Why are we going round in circles? Observations by the Happy Wanderers walking group

Ellie Robinson-Carter

Whilst studying an MA in Illustration in Falmouth University, I have been researching how illustration can be used to improve the lives of people with dementia. With this in mind, I approached the Sensory Trust after reading about their work online and hearing Wendy speak at the International Dementia Congress in November: I was immediately struck by the integrity, passion and creativity at the core of the organisation and wanted to know more.

Living in Falmouth, I decided to enrol as a volunteer on the Walking Groups based in the St Austell area. The group meet every Wednesday somewhere in this vicinity to walk, have a cuppa, a biscuit and a good old natter! After only a few walks, I was really keen to work with the group and become part of it. In line with my practice/research on the MA, I created a project which I felt would build on the values of the Sensory Trust, encouraging the group to engage with their surroundings in different ways, using all of their senses and to document their experiences.

I passed around a disposable camera and asked the group to take photographs of their walks, with a particular theme or constraint in mind. The themes provide a focus, another form of cognitive stimulation and a shared topic of conversation: the group become the illustrators of their own narrative. They span a variety of ideas, such as senses, personal experiences and times of year. I have created 16 books so far, and their titles include: Texture at Treverbyn, Sound at Gossmoor and Green at Luxylyan. Some have little books inside of them, which expand further on the theme: for example, in Shadows at Wheal Martyn I depict the movement of the sun and in The First Signs of Spring at Lostwithiel I present a collection of their drawings.

front cover of three of the books

This project is a fantastic example of mind and landscape coming together: it is a psycho-geographical project which allows the people to document their experiences in the landscape, whilst nurturing and sharing their inner landscapes. It also creates visual prompts which can allow them to revisit their shared memories, and is extremely important in providing the people with self-evidence that living with dementia can still mean that they can form new connections, both with people and landscape.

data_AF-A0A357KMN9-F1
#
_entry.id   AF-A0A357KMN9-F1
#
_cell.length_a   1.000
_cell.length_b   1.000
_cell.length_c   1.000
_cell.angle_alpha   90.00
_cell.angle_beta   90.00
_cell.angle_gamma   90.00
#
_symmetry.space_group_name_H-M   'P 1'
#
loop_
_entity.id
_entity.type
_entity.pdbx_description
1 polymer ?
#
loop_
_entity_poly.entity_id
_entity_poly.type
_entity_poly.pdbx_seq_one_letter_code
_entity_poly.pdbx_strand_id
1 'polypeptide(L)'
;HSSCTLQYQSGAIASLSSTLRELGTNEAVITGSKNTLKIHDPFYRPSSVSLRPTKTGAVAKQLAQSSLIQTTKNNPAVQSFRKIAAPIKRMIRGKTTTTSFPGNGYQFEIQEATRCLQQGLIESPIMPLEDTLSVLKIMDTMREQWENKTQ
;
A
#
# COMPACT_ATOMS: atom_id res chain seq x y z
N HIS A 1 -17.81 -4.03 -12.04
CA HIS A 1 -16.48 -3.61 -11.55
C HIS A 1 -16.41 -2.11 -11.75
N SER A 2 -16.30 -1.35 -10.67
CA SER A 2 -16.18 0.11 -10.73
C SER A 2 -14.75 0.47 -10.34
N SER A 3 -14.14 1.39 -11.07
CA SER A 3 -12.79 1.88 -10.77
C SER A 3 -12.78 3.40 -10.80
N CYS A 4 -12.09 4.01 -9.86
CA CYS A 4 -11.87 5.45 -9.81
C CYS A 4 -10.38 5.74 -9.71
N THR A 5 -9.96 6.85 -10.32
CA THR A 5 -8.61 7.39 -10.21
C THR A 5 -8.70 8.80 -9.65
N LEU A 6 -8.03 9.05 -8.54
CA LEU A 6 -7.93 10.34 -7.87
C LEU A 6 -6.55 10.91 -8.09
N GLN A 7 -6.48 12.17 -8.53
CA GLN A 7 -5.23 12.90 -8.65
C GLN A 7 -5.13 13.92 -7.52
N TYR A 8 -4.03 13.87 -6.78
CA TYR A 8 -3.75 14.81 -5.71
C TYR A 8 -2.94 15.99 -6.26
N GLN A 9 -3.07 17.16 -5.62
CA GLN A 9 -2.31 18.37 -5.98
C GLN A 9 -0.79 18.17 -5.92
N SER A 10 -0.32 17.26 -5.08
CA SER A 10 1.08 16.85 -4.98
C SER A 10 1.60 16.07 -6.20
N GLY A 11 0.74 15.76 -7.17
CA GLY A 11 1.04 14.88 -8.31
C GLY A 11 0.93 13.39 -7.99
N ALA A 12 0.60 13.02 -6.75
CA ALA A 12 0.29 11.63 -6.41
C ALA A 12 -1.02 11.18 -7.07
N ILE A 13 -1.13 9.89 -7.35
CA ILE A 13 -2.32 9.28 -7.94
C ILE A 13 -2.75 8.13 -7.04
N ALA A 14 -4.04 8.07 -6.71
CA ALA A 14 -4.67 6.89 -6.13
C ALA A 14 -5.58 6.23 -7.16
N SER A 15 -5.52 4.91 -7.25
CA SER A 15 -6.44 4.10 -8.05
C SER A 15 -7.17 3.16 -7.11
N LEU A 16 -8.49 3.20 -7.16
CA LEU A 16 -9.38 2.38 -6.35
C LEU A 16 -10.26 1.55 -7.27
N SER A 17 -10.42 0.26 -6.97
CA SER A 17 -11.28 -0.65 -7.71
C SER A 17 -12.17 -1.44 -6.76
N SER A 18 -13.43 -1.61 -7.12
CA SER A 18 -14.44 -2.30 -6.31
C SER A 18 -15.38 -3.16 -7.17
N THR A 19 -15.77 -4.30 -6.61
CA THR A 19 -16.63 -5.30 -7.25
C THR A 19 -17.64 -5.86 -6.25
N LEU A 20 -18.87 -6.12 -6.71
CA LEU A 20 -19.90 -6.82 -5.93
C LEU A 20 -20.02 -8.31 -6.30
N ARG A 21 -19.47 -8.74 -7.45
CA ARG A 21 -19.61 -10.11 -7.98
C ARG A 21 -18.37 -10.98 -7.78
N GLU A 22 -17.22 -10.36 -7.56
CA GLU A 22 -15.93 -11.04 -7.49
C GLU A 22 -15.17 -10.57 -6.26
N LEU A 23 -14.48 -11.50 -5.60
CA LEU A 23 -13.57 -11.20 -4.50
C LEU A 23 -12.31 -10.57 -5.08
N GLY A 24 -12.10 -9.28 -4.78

The group have been absolutely fantastic to work with, and after 8 months of going along I have become very much part of it. Myself and the other volunteers often say how much we get from going on the walks, and how much we miss it when we can’t make it! The group have such an incredible integrity, they support one another with the day to day and, really, are a group of friends enjoying nature together. I have made sure to emphasise this in the collection of books: we are a group of people who meet to enjoy the outdoors and each other’s company, and the person is very much seen before the dementia.

Contact Ellie on erobinsoncarter78@googlemail.com for more information.

If you have a student project that you would like some feedback on or think would fit with our current work then please get in touch enquiries@sensorytrust.org.uk

Ellie Robinson-Carter was a student at Falmouth College of Art and a volunteer with the Happy Wanderers walking group. She now works for Sensory Trust on the Creative Spaces project. To find out more about volunteering with Sensory Trust read about our current opportunities

Ellie chats to a participant at an activity group at Potager gardens

Highlights from our dementia walks - find out where we've been walking and what we've been up to

Dementia walks monthly programme - full details on how to join in on one of our dementia friendly walks

Find out the story behind the St Austell based walking group.